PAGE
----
In response to fresh but unspecified security threats, Reuters reports that the U.S. authorities have issued multiple notices to airlines, mainly from the Middle East and Africa, to forbid their passengers from carrying laptops or electronic devices on flights in or out of the U.S. The Guardian reports that the electronics ban covers laptops, iPads, cameras and other devices and was issued via a “confidential” email from the TSA on Monday.
The list of the airlines is unconfirmed, but it does include both Saudi Arabia’s Saudia Airlines and Royal Jordanian Airlines. The ban is due to go into effect on Tuesday, and the Guardian speculates that it covers over 13 countries, although the number hasn’t been confirmed publicly by the Department of Homeland Security.
BREAKING: 12+ Middle East and African airlines flying to U.S. covered new security procedures. -U.S. Official. Few additional details.
— Jon Ostrower (@jonostrower) March 20, 2017
The bizarre ban’s news first broke via a tweet, which has now been deleted, from Royal Jordanian Airlines Monday.
“Following instructions from concerned U.S. departments, carrying any electronic or electrical device on board the flight cabins is strictly prohibited,” the airline’s statement said.
The statement states that they can carry cellphones and medical devices, but everything else must go into the checked luggage, meaning you can no longer use the devices to keep you entertained on a long international flight.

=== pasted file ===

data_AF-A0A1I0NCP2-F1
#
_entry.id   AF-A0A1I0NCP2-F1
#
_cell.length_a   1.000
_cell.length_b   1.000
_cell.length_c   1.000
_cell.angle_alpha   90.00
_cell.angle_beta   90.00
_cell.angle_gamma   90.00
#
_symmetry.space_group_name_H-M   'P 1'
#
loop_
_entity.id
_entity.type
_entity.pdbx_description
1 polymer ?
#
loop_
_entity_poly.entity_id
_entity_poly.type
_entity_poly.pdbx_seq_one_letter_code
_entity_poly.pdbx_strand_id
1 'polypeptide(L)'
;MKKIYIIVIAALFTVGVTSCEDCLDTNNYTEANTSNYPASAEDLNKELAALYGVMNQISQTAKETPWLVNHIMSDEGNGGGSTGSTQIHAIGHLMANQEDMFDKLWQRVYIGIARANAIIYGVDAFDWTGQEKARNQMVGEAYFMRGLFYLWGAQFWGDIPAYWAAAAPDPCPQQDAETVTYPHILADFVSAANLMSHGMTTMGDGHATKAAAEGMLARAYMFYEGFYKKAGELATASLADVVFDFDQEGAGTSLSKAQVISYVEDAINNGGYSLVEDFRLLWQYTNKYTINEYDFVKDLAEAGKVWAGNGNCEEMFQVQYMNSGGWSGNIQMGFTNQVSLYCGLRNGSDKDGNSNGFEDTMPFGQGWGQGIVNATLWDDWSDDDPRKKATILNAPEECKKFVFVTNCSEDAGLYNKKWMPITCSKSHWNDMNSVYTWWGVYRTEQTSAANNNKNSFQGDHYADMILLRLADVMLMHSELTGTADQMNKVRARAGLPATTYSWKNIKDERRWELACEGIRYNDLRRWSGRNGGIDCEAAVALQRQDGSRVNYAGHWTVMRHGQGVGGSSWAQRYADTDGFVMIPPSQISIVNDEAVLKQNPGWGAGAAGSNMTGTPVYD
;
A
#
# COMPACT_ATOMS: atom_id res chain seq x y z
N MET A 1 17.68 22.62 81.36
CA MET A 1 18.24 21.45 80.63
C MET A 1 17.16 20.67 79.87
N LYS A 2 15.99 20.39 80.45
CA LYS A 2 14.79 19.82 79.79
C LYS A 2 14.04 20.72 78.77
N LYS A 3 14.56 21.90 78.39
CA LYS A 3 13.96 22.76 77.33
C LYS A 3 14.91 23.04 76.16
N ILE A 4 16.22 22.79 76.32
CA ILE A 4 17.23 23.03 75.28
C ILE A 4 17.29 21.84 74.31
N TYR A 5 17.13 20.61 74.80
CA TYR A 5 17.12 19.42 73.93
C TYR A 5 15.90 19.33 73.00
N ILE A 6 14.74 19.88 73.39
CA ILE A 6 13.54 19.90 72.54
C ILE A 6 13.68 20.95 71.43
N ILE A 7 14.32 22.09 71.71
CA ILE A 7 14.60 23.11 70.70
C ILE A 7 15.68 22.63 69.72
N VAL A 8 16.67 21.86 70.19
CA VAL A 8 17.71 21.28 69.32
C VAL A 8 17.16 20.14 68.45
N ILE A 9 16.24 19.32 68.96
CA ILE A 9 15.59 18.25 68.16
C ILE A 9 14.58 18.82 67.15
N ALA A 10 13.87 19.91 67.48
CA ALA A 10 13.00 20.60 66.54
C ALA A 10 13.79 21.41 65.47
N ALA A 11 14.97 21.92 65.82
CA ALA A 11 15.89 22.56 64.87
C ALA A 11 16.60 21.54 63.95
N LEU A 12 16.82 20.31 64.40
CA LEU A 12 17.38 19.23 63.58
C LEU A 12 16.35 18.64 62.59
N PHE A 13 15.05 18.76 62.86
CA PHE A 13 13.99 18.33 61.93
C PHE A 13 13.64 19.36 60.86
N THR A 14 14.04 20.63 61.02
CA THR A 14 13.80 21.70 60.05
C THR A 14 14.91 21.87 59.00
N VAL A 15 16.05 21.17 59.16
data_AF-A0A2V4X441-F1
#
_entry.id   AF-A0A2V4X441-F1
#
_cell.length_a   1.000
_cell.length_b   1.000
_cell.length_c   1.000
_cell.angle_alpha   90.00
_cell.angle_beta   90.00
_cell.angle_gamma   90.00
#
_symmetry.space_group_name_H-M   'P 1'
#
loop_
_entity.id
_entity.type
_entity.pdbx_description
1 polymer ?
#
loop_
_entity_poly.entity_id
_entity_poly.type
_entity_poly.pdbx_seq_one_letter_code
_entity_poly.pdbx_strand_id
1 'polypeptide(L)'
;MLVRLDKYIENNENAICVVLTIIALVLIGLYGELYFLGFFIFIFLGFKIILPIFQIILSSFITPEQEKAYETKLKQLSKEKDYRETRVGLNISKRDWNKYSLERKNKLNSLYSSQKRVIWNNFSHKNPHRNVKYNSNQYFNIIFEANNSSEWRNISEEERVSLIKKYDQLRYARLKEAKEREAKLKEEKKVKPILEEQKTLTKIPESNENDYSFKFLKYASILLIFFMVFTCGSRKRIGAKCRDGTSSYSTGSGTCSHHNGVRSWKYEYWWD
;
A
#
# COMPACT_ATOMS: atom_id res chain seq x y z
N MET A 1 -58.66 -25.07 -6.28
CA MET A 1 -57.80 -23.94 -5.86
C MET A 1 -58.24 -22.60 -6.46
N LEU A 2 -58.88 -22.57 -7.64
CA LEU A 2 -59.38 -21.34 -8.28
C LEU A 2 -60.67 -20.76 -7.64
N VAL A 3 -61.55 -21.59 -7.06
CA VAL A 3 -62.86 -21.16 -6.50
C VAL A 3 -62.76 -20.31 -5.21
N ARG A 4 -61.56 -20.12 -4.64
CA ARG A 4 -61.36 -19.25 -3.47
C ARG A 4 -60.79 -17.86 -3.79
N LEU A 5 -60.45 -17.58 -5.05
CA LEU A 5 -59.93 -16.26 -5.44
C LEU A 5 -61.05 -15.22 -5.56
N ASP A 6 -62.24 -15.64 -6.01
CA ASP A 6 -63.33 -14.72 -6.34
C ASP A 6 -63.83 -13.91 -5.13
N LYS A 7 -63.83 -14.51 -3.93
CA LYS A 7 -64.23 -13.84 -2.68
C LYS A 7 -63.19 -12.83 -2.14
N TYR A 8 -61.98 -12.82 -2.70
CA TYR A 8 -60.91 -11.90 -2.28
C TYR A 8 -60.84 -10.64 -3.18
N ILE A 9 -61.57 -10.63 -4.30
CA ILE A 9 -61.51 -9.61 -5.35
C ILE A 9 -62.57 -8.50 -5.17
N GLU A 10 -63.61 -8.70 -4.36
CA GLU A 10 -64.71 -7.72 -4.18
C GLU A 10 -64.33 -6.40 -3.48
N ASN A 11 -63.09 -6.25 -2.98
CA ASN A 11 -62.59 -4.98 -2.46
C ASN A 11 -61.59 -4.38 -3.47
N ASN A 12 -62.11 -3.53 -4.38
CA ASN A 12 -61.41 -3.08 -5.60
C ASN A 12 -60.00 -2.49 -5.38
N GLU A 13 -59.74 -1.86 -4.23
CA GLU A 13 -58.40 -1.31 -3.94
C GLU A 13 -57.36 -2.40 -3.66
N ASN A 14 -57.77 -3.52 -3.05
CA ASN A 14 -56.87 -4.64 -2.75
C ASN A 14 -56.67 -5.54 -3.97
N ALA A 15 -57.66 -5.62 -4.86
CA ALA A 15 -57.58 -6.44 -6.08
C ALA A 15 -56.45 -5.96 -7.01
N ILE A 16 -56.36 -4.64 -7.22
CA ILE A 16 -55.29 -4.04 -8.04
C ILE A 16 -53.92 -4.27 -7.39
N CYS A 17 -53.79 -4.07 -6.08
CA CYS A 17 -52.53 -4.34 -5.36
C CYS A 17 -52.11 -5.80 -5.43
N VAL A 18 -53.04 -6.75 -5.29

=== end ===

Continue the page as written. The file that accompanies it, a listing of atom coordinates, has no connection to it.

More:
A media spokesman for the U.S. Department of Homeland Security has issued “no comment on potential security precautions,” but more news is expected to come out today.
you will lose a lot of potential passengers
— Dan Sam (@Dan_Sam1) March 20, 2017
— Matt Soleyn (@MattSoleyn) March 20, 2017
As expected, people are responding to the news with frustration and confusion. Many threatened to take their business elsewhere if the airlines complied with the ban, while one person asked if they could still wear their watches on the plane.
@RoyalJordanian can you provide further details? Why is this happening?
— Jason Rabinowitz (@AirlineFlyer) March 20, 2017
Watch this space for further developments.